He is here!
The quiet, deliberate and selfless compliance of Joseph and his fiancée, Mary
I’m fascinated by leadership. It is something that is so profoundly hard to be “good at”, but when it is done well, it is immediately recognizable. Good leaders are focused on the goal and purpose of what they do. Furthermore, they perform in the fashion that they do to accomplish that goal/purpose, not to receive recognition or praise. Such was the case with Joseph. When he learned that Mary was pregnant and knew that the baby was not his, he didn’t waiver in his belief of Mary’s character. Given that she was pregnant and the baby was not his, he was planning to divorce her quietly when an angel appeared to him, explained what had happened and encouraged him to take Mary as his wife. In recognizing Mary’s character, Joseph was confirming his own. It was his character that drove him to take Mary with him as they journeyed back to his roots in Bethlehem, despite the questions that were certain to come as they went along their way.
- Have there been times in your life where you exhibited “selfless” service?
- How did it make you feel?
- Give some thought as to how you can put yourself in similar circumstances in service to God’s kingdom through service to the church, other believers or others in our community. Capture these ideas by writing them down and share them with your family.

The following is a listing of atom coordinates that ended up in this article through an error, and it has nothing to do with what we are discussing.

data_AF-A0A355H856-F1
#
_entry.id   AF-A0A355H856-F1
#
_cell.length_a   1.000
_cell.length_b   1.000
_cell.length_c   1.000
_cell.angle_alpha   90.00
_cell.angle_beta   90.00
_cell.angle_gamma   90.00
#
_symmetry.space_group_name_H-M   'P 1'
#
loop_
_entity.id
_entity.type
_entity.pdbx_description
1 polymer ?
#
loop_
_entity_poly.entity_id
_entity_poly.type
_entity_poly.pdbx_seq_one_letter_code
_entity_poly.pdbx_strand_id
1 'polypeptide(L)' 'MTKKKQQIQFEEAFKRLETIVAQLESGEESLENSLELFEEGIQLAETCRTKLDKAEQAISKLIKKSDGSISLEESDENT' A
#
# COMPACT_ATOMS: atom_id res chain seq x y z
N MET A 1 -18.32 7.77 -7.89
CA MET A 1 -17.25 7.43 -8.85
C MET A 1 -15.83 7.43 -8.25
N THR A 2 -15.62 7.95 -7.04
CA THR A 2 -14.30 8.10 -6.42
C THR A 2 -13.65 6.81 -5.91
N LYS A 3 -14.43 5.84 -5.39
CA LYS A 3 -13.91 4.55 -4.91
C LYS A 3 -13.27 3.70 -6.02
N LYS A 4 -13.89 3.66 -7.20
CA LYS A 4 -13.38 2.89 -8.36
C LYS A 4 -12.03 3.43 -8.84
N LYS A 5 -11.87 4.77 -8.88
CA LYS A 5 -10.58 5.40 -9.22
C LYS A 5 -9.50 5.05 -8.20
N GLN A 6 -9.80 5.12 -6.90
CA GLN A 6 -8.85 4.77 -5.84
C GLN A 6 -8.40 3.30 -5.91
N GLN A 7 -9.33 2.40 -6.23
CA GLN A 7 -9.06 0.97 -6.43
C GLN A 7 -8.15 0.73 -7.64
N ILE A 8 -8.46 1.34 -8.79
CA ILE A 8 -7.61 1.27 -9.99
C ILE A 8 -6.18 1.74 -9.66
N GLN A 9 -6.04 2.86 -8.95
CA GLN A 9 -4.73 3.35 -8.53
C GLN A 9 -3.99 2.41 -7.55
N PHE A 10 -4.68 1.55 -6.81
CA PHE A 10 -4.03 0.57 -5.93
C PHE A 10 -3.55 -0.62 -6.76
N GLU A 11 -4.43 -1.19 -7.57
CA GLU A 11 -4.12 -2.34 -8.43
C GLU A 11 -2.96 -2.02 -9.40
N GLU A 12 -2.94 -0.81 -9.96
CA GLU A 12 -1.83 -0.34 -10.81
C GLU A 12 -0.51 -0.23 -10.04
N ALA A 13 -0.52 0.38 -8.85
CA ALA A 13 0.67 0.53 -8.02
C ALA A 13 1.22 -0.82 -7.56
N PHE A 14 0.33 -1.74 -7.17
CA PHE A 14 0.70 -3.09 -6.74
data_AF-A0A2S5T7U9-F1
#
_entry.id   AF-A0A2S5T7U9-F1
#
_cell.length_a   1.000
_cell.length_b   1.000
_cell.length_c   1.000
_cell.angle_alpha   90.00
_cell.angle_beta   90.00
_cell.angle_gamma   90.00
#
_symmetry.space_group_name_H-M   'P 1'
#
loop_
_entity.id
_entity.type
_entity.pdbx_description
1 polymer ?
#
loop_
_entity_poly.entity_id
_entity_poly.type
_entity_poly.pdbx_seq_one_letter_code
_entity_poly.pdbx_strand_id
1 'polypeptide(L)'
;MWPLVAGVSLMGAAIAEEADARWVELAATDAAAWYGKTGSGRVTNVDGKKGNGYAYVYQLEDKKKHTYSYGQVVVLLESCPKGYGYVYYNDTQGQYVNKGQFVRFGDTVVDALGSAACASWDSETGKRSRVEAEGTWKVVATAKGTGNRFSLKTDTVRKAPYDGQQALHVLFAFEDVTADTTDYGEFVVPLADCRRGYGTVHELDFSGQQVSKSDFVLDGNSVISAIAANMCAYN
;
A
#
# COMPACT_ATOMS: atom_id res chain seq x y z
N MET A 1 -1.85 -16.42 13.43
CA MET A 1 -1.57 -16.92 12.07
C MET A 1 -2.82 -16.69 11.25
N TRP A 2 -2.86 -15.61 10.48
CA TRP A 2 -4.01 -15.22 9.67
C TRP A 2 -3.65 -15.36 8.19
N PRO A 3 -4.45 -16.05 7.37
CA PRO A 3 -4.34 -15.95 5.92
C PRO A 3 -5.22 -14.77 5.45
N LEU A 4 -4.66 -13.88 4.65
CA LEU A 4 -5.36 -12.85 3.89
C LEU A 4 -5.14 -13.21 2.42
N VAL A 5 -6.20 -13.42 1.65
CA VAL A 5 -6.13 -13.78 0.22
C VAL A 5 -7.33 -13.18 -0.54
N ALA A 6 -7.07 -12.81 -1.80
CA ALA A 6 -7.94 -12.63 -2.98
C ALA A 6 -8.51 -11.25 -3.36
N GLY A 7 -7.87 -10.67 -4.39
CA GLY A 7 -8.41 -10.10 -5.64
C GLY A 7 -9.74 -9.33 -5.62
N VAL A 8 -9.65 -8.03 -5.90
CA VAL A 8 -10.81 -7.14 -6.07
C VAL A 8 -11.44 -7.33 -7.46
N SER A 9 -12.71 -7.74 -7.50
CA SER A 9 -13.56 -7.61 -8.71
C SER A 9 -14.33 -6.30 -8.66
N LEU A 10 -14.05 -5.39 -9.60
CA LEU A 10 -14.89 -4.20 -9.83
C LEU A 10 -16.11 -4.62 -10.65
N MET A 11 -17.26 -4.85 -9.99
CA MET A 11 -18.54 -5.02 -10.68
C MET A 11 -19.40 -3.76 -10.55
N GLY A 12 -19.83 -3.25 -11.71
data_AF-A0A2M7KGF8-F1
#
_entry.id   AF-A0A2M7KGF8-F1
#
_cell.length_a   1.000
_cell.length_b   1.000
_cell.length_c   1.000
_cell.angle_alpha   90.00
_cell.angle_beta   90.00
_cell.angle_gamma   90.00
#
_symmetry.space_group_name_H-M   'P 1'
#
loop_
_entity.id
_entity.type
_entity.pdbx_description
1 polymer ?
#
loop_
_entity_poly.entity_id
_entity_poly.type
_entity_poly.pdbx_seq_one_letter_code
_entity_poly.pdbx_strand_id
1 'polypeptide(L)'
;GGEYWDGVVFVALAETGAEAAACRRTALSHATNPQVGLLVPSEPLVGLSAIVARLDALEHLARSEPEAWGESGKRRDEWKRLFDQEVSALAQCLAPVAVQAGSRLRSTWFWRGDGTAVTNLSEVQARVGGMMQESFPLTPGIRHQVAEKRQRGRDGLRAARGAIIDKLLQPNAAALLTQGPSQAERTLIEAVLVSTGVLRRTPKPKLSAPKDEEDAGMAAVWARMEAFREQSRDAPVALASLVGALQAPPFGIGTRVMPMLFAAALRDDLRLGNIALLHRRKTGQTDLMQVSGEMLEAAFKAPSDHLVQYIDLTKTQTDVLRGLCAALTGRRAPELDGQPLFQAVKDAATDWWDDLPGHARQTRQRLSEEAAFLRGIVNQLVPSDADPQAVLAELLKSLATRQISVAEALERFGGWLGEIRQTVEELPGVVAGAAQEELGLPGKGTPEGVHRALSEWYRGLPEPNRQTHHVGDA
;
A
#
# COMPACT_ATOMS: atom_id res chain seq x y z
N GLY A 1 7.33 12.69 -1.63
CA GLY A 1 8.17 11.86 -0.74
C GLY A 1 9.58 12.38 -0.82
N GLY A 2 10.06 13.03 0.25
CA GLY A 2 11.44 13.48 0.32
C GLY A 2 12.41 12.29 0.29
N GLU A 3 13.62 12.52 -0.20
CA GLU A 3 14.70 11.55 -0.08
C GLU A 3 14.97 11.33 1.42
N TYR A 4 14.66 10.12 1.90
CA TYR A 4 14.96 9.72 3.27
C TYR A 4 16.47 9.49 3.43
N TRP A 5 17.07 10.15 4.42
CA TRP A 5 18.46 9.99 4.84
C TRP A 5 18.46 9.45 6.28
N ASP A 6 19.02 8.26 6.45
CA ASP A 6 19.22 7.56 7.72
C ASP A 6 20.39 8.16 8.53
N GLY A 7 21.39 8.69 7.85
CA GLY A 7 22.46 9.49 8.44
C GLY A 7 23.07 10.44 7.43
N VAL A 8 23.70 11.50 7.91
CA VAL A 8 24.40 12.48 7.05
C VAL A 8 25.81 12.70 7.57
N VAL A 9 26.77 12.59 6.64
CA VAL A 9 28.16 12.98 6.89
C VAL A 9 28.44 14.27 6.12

1 Peter 5:5-7
Humility (not loud, boisterous celebration) as God sent His Son to the world, who would eventually (and willingly) die for our sins (the “Forever Gift”)
Yesterday we looked at Joseph’s leadership with focus on why (the purpose of) he did what he did. Another trait that an unwavering focus on the goal allows to surface is humility. “Humility” is defined as “a modest estimate of one’s own importance, rank, etc.” (Dictionary.com) In today’s scripture, Peter clearly directs young men to “accept the authority of the elders”. He doesn’t offer it as a suggestion or a best practice. It is clear that he is directing the younger men to do it and further backs it up with reference to God’s Word in Proverbs 3:34. This may seem like a “no brainer” to you, but as I was thinking through this, I was reminded as to how much vanity is in our world now. Vanity is defined as “having or showing undue or excessive pride in one’s achievements; conceited”. We can avoid this, though, with a focus on God, as 1 Peter 5:6 (the Apostle Peter) directs us and, “at the right time, he will lift you up in honor” (Life Application Study Bible).
- Are there areas of your life where you could take your focus off of yourself and put it on God and His Kingdom?
- Consider what action it would take in your life to “live out” Matthew 6:33, to “Seek the Kingdom of God above all else, and live righteously, and he will give you everything you need.” Capture these ideas as actions / goals in your journal.
Mark 14:22-24; Eph 5:1-2
God’s grace exemplified through a sacrifice that He and His Son make for us (in freeing us for eternity, God did something FOR us that is SO TERRIBLE, He would never ask us to do it)